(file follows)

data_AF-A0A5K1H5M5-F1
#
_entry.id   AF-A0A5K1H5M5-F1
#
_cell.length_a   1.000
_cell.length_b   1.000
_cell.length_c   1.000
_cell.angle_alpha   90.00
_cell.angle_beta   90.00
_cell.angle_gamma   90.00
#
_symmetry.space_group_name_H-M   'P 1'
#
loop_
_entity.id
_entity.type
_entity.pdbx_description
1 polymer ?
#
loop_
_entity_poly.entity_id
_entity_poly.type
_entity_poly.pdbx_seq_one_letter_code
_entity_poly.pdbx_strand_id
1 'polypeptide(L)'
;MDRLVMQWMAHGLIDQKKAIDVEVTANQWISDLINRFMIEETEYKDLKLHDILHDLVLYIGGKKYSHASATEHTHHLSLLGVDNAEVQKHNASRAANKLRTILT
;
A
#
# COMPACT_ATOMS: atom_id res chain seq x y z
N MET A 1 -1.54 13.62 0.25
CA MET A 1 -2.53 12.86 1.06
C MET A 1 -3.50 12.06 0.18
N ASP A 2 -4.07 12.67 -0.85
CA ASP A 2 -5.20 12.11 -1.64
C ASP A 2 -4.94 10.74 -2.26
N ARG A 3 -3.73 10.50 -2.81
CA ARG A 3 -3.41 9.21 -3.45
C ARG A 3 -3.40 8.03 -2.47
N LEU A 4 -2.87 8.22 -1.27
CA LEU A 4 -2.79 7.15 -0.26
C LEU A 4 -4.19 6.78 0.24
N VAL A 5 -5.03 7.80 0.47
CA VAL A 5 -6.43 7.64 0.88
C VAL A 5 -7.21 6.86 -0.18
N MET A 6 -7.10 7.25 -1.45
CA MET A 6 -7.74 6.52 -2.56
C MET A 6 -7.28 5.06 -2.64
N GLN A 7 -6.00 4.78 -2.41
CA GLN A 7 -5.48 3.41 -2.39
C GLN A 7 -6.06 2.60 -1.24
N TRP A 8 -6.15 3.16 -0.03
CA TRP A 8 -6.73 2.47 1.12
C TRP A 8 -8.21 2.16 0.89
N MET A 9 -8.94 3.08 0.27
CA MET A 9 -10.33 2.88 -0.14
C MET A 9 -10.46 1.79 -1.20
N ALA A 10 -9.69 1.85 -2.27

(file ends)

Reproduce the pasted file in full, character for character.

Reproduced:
data_AF-A0A5K1H5M5-F1
#
_entry.id   AF-A0A5K1H5M5-F1
#
_cell.length_a   1.000
_cell.length_b   1.000
_cell.length_c   1.000
_cell.angle_alpha   90.00
_cell.angle_beta   90.00
_cell.angle_gamma   90.00
#
_symmetry.space_group_name_H-M   'P 1'
#
loop_
_entity.id
_entity.type
_entity.pdbx_description
1 polymer ?
#
loop_
_entity_poly.entity_id
_entity_poly.type
_entity_poly.pdbx_seq_one_letter_code
_entity_poly.pdbx_strand_id
1 'polypeptide(L)'
;MDRLVMQWMAHGLIDQKKAIDVEVTANQWISDLINRFMIEETEYKDLKLHDILHDLVLYIGGKKYSHASATEHTHHLSLLGVDNAEVQKHNASRAANKLRTILT
;
A
#
# COMPACT_ATOMS: atom_id res chain seq x y z
N MET A 1 -1.54 13.62 0.25
CA MET A 1 -2.53 12.86 1.06
C MET A 1 -3.50 12.06 0.18
N ASP A 2 -4.07 12.67 -0.85
CA ASP A 2 -5.20 12.11 -1.64
C ASP A 2 -4.94 10.74 -2.26
N ARG A 3 -3.73 10.50 -2.81
CA ARG A 3 -3.41 9.21 -3.45
C ARG A 3 -3.40 8.03 -2.47
N LEU A 4 -2.87 8.22 -1.27
CA LEU A 4 -2.79 7.15 -0.26
C LEU A 4 -4.19 6.78 0.24
N VAL A 5 -5.03 7.80 0.47
CA VAL A 5 -6.43 7.64 0.88
C VAL A 5 -7.21 6.86 -0.18
N MET A 6 -7.10 7.25 -1.45
CA MET A 6 -7.74 6.52 -2.56
C MET A 6 -7.28 5.06 -2.64
N GLN A 7 -6.00 4.78 -2.41
CA GLN A 7 -5.48 3.41 -2.39
C GLN A 7 -6.06 2.60 -1.24
N TRP A 8 -6.15 3.16 -0.03
CA TRP A 8 -6.73 2.47 1.12
C TRP A 8 -8.21 2.16 0.89
N MET A 9 -8.94 3.08 0.27
CA MET A 9 -10.33 2.88 -0.14
C MET A 9 -10.46 1.79 -1.20
N ALA A 10 -9.69 1.85 -2.27